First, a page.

Second–this is not a term I have coined myself.  I’m not that high-handed!  I got it from other places, and while I can’t quite remember the book I read, there was a quote from a woman in Cleveland circa 1840 saying to a foreigner, “You just don’t understand our Aristocracy.”   Now in a country that fought to remove itself from the tyranny of an Aristocratic government, you would think the lastterm anyone would want to use would be Aristocracy.  I imagine, although I have no empirical evidence, that those of the upper-crust may have used it quietly amongst themselves, but not in public.  In fact the First Families (an often use synonym in Boston and Philadelphia) of Boston avoided the term and used the term Brahmin instead (follow the link and you’ll see Aristocracy as well).  Not better (at least in my opinion) but easier for people to stomach than Aristocracy.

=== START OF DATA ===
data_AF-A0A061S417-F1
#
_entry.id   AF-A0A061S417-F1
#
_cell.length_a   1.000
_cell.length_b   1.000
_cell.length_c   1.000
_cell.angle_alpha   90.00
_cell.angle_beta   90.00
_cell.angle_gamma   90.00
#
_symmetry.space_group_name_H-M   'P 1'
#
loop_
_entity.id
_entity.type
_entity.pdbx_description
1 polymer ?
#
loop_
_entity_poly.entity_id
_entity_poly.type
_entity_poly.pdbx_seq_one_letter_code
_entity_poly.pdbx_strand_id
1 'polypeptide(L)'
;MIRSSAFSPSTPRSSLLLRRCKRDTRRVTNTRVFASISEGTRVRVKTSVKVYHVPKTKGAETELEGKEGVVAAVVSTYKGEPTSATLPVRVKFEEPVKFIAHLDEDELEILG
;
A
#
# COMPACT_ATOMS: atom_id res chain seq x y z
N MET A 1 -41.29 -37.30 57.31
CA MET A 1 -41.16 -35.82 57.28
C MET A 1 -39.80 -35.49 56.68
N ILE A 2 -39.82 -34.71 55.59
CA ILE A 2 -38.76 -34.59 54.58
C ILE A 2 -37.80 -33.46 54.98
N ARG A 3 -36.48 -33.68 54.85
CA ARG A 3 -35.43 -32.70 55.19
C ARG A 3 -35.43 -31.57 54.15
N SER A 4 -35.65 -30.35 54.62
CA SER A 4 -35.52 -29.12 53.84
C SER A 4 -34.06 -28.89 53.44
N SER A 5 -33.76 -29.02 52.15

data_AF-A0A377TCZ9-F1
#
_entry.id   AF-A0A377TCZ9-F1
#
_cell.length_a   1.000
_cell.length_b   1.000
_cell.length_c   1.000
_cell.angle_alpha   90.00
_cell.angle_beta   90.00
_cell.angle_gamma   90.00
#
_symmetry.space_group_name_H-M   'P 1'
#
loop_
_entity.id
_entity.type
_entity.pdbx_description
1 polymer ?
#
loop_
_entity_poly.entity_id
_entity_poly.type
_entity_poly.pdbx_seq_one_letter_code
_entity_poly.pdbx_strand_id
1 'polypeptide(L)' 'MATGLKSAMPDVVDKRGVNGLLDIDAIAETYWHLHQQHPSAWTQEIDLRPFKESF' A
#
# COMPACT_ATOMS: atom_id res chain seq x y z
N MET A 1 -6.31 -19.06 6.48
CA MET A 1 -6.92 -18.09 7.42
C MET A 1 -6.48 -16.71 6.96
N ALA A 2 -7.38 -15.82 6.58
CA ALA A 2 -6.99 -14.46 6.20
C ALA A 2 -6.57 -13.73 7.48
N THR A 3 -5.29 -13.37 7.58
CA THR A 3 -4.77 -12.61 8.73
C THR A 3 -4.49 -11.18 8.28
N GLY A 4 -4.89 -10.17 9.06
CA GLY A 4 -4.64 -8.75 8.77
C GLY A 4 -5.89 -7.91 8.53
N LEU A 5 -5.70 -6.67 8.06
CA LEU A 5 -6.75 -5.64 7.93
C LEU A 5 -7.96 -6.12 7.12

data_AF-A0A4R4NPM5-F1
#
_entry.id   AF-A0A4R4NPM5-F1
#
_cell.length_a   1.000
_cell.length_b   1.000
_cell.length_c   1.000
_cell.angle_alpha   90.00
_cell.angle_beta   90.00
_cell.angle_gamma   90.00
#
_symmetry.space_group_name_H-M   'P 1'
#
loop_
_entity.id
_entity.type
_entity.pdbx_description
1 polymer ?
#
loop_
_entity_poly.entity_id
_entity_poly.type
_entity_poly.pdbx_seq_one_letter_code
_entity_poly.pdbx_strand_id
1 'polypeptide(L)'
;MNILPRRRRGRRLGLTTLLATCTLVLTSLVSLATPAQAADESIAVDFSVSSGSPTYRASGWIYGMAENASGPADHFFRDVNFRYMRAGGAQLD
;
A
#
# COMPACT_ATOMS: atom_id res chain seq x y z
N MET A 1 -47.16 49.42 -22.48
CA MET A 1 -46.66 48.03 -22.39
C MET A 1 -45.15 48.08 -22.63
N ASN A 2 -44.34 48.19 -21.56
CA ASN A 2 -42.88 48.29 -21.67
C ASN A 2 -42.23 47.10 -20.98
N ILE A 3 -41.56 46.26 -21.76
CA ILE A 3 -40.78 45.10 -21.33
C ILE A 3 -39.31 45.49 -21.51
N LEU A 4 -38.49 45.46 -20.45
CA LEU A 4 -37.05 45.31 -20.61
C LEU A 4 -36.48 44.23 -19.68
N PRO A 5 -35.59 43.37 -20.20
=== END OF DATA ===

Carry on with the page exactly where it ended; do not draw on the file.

Third–did you note the word Cleveland?  Yes, Cleveland.  Cleveland in the 19th century had their own Aristocracy, their own upper-class, high society, debutante ball type of folk.  In fact, most of the major American cities did.  I believe, although I can’t say for certain, that Cleveland was part of the difficult-to-find Society In America series, which featured, The Proper Bostonian (ironically by Cleveland Armory), Washington Cavalcade, Charles Hurd, and The Spectacular San Franciscans, Julia Cooley Altrocchi and The Amiable Baltimoreans, Francis F Beirne.  This is a very old series basically detailing the various groups of The Victorian American Aristocracy, published in the 1940’s.  The series, from what I can see, doesn’t have anything on either New York or Philadelphia, but trust me, if it had continued, it would have.  Those were two cities with very exclusive societies.